Recent events, like Monday’s U.S. presidential debate, and the General Assembly at the UN, where both Benjamin Netanyahu and Mahmoud Abbas spoke last week, cast a light onto the future of international geopolitics while signaling the twilight of President Obama’s tenure. “A nation ringed by walls would only imprison itself,” said Obama during his last UNGA address. “We must make sure the benefits of integration is globally shared.”
He and Netanyahu, after much rancor, would later meet and shake hands and smile for cameras. Soon, Obama will leave office and probably play lots of golf and plan libraries and give speeches at places that can afford him; Netanyahu’s fourth premiership has only just begin. And even though progress towards a solution (two-state or otherwise) to the Israeli-Palestinian conflict has yet to be determined, that issue, which is typically front and center (Bibi and Abbas have addressed the UNGA 19 times), found itself taking a backseat to other such issues last week, and beyond. “[The conflict] has become a side show as Mr. Netanyahu and Mr. Abbas compete for attention against seemingly more urgent crises like the civil war in Syria and the threat from the Islamic State,” wrote Peter Baker, the New York Times Jerusalem chief.
This, wrote Walter Russell Mead in The American Interest, is a disaster for the Palestinian cause and exactly what Netanyahu wants. That the Israeli-Palestinian issue has been seemingly put on the media (and foreign policy) backburner, having been “replaced” with the Syrian crisis and ISIS-related terrorism, is, Mead argues, symbolic of why Netanyahu excels at his job while “President Obama has been a terrible foreign policy president.”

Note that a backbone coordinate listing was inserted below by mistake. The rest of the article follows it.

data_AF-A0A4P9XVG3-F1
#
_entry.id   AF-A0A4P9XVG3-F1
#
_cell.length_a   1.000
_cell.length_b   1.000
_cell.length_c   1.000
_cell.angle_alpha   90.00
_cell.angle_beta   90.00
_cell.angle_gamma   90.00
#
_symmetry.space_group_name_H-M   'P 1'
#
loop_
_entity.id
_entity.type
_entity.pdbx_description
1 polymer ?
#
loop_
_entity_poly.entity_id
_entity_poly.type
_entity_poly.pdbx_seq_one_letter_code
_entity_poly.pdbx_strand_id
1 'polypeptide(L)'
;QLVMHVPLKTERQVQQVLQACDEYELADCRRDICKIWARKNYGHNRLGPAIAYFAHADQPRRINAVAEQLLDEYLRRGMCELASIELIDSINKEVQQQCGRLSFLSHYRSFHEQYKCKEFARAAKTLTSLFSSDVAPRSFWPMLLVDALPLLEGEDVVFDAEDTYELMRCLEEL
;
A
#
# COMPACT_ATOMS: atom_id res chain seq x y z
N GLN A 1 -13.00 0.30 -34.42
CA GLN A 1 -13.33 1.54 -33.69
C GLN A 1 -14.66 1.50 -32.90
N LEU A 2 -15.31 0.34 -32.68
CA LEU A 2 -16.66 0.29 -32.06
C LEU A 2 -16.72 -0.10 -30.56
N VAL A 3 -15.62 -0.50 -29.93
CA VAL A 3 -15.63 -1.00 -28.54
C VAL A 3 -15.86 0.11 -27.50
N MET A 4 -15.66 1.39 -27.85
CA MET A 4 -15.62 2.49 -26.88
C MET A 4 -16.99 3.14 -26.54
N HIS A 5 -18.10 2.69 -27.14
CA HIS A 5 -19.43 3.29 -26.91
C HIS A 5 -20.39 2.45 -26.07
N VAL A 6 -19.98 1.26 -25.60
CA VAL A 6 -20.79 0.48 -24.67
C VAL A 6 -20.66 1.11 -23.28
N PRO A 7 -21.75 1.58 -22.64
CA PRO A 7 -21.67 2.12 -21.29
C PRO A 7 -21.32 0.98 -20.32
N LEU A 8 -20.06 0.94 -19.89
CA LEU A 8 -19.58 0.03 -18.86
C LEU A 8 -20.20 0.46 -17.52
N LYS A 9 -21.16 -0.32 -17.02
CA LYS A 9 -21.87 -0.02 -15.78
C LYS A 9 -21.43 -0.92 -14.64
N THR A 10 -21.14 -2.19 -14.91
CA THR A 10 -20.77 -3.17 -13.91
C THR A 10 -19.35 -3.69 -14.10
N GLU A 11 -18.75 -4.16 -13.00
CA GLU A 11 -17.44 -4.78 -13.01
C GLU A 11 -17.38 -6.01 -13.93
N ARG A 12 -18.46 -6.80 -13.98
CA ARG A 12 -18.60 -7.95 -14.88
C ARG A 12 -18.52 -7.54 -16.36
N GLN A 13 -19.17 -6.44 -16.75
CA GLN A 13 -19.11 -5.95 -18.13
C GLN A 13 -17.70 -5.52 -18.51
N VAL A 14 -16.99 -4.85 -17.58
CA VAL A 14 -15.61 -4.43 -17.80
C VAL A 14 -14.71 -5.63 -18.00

In Asia, in Africa, in Latin America, Israel’s diplomacy is moving from strength to strength. Virtually every Arab and Middle Eastern leader thinks that Bibi is smarter and stronger than President Obama, and as American prestige across the Middle East has waned under Obama, Israel’s prestige—even among people who hate it—has grown. Bibi’s reset with Russia, unlike Obama’s, actually worked. His pivot to Asia has been more successful than Obama’s. He has had far more success building bridges to Sunni Muslims than President Obama, and both Russia and Iran take Bibi and his red lines much more seriously than they take Obama’s expostulations and pious hopes.
Mead goes on to call Obama an ‘aspiring realist’ versus Netanyahu, who’s a practicing realist. “Obama, despite the immense power of the country he leads, has been unable to gain the necessary respect from leaders like Putin and Xi that would permit the pragmatic relationships he wanted to build,” he writes. Whereas Bibi “has a practical relationship with Putin…[and] has stronger, deeper relationships with India, China and Japan than at any time in the past… Asia may well replace Europe as Israel’s primary trade and investment partners as these relationships develop.”
Inevitably, all these developments undercut the salience of the Palestinian issue for world politics and even for Arab politics and they strengthen Israel’s position in the region and beyond. Obama has never really grasped this; Netanyahu has based his strategy on it.
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Jonathan Zalman is a writer and teacher based in Brooklyn.